Everyone always talks about a few killer plays in hockey: bad turnovers, stupid penalties, or a bad pinch. Yes, these all suck, but usually they involve a screw up or an unintentional mistake. No, the worst play in hockey is one that I see all the time as a goaltender and it almost always comes back to bite the team in the ass.
Fly past the jump to find out.
This play is as follows: The decision, when a forward or defenseman has a puck in the zone, usually by the boards, and decides rather than to get the puck out of the zone, to circle back into his zone to find a better play. Here, I made some excellent paint examples to show you what I mean and my paint skills.
First, the puck is passed from the defenseman to the winger as most normal breakouts occur.
Now if the center is covered, the right play here is to get the puck out of the zone, no matter what. That’s the right play 99.9% of the time. It gets the flow of the puck moving towards the other net, allows your team to regroup, and might even allow your center to get the puck before their D does.
Now the wrong play is to circle back and “restart the breakout” hoping to get a better opening. Your entire team is going the other way and they have to stop, turn around and start returning to the zone to try again. Plus the defense, who’ve done their job, have to be swearing at you under their breath and are confused at what the hell you are doing. This allows the defense to continue forchecking and can reverse a lot faster than your team.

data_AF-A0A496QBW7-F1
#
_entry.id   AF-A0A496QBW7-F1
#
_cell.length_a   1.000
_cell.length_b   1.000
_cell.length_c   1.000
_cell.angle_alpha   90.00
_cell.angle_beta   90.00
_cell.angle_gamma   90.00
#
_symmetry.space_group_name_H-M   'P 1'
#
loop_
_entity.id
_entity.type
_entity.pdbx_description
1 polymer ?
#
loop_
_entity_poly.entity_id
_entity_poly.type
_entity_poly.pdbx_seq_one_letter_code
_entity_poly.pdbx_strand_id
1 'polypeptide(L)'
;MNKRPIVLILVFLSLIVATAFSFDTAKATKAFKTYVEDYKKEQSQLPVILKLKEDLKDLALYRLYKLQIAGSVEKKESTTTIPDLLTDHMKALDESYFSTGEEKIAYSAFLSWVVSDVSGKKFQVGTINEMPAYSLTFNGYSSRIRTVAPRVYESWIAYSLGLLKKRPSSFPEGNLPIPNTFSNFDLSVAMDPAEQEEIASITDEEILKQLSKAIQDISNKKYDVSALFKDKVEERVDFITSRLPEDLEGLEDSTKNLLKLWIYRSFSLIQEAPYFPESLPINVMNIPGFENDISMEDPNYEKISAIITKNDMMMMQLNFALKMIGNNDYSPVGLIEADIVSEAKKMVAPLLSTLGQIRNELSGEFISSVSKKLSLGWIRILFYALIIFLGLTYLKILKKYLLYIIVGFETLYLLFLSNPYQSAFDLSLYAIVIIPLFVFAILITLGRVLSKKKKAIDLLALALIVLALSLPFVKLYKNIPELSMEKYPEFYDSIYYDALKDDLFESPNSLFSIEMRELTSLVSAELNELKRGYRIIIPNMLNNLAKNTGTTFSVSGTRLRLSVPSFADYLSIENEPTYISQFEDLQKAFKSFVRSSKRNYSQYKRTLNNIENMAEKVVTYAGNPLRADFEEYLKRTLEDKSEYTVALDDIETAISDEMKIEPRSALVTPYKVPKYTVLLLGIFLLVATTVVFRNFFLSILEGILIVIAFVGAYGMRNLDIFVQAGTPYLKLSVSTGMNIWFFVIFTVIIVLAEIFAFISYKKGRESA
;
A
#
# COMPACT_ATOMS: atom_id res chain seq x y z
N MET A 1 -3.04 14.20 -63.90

This almost always causes a turnover and often a goal. During the Great Goal Famine of 2011, a few Wings were often guilty of this. Specifically three players: Datsyuk (surprisingly), Ericssion (unsurprisingly), and the worst offender, Todd Bertuzzi. When he’s not on his game, poor decisions almost always follow. But when he’s playing well, “up and out” is his motto.
Now that the ship has been patched and the players are confident again, I haven’t seen much of this. But pay attention to games. If you notice this happening, bad things almost always follow.